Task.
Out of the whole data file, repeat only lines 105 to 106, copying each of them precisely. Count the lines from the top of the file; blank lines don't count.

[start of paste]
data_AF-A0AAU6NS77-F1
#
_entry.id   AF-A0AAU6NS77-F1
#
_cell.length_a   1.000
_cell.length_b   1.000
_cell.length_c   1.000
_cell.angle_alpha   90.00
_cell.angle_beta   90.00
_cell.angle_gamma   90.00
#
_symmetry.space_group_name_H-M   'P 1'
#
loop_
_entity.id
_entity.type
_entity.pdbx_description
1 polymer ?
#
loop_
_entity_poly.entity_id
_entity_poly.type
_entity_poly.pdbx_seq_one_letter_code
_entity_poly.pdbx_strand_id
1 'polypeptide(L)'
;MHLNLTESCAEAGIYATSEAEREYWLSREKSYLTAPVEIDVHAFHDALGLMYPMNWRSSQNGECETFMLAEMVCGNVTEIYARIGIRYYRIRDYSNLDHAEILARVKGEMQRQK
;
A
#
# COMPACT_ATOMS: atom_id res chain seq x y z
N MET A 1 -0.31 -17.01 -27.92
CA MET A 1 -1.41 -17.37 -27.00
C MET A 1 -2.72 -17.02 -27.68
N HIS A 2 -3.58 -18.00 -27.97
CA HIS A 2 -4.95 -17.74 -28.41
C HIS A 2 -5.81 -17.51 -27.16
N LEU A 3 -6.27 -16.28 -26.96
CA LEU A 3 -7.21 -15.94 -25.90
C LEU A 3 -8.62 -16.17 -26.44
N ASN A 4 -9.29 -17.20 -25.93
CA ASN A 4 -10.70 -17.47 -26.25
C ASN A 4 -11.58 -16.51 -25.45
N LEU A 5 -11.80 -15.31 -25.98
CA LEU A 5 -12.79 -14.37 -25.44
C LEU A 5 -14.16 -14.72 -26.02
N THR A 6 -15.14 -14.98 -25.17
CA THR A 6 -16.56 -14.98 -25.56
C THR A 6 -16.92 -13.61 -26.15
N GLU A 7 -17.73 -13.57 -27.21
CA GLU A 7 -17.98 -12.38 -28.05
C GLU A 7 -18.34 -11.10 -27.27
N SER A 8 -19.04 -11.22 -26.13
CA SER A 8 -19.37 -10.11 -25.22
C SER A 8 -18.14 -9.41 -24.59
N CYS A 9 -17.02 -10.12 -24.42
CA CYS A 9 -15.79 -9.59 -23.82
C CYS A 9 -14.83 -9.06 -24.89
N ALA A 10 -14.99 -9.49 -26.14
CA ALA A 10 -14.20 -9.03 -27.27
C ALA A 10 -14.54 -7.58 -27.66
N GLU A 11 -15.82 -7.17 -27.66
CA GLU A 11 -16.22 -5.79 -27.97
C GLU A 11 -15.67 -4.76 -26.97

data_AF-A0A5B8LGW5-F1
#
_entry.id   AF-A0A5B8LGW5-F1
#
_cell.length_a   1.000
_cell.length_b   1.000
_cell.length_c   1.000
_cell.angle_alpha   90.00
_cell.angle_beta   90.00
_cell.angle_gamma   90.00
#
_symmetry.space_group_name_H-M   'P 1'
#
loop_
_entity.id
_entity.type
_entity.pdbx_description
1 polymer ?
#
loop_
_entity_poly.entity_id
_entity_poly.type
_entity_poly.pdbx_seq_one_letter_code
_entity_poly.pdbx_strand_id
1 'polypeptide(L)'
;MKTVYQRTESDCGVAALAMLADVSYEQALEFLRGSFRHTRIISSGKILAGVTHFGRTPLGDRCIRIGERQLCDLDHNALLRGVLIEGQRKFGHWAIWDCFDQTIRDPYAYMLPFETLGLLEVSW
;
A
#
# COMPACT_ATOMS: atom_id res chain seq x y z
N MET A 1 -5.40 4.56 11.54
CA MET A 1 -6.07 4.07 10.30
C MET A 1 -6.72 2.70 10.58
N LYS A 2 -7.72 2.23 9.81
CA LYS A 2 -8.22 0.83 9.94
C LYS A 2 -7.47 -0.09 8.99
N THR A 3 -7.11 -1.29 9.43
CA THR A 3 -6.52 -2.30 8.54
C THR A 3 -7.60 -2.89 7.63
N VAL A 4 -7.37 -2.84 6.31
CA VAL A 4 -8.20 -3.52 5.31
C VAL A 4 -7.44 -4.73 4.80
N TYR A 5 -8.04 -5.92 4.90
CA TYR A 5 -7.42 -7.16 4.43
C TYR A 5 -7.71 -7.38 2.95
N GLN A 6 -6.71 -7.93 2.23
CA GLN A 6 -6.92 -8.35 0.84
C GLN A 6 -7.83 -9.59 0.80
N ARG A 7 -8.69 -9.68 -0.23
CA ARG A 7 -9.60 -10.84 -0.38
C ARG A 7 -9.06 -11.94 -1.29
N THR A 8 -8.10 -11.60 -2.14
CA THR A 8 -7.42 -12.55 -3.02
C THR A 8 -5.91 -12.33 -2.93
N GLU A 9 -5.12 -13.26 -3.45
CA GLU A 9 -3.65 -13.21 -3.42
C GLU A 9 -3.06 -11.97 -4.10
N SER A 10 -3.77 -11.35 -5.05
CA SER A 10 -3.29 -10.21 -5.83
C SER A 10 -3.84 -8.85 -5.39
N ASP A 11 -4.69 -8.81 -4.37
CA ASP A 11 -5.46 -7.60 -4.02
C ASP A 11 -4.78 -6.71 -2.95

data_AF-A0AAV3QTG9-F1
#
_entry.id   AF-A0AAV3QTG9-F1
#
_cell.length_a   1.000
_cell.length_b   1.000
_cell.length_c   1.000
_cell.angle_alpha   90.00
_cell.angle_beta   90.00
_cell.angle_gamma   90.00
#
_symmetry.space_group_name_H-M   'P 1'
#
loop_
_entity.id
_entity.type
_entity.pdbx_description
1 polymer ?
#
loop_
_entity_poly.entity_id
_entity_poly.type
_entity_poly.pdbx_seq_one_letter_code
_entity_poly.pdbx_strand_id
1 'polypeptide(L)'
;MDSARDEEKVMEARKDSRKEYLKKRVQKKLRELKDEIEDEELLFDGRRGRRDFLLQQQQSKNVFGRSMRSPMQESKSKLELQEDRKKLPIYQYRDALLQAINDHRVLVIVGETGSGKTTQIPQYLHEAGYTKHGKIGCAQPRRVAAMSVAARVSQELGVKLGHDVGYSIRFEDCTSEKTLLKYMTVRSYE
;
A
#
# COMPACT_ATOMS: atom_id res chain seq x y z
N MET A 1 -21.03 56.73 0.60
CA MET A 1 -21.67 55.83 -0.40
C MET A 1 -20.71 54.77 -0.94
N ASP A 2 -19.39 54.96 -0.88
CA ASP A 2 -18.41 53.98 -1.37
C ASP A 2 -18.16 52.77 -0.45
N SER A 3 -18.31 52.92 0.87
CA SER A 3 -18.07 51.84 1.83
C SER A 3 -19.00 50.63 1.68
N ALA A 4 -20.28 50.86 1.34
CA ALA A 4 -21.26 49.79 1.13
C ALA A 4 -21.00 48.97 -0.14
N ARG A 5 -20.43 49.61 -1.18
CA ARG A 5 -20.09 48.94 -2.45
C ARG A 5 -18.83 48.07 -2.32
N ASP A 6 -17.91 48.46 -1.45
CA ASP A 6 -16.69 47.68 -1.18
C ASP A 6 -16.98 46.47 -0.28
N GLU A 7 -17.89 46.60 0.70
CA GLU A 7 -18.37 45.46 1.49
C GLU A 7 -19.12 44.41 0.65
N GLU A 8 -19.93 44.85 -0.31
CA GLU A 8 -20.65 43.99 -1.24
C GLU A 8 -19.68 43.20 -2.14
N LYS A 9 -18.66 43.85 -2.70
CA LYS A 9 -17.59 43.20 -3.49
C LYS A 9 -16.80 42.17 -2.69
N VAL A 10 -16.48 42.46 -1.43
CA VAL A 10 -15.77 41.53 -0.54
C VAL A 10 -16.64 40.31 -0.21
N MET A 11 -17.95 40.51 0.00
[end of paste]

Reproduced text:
C VAL A 4 -7.44 -4.73 4.80
N TYR A 5 -8.04 -5.92 4.90